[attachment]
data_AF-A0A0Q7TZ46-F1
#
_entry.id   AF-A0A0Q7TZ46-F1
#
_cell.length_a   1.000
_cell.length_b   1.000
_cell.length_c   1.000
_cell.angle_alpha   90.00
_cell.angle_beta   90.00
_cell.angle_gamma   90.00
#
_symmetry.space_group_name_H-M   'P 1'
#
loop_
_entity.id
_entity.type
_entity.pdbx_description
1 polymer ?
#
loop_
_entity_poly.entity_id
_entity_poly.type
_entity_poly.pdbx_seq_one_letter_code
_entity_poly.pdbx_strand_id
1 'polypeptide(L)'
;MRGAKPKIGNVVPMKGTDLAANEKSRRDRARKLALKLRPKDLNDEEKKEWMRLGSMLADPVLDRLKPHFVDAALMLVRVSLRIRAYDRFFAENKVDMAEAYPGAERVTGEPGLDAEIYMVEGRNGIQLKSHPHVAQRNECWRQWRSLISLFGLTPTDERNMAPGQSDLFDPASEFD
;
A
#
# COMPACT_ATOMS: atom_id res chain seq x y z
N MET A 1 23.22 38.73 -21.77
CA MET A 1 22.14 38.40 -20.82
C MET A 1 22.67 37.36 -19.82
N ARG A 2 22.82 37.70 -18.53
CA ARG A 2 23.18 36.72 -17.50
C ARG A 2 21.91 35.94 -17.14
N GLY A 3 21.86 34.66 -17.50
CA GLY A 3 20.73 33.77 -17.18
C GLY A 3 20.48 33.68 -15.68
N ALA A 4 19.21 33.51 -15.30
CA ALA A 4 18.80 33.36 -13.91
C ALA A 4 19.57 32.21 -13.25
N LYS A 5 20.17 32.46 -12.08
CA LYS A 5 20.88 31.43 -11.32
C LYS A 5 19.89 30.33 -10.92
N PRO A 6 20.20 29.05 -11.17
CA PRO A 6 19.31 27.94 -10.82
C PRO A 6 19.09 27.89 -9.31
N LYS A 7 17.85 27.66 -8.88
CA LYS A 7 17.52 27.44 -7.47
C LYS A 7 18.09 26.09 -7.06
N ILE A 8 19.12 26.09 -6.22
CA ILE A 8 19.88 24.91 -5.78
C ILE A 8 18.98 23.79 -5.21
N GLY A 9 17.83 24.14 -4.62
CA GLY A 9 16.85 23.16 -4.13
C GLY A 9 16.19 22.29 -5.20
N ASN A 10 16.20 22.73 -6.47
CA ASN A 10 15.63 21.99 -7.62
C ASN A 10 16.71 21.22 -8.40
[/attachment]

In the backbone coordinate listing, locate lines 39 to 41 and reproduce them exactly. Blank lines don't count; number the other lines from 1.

C GLY A 3 20.48 33.68 -15.68
N ALA A 4 19.21 33.51 -15.30
CA ALA A 4 18.80 33.36 -13.91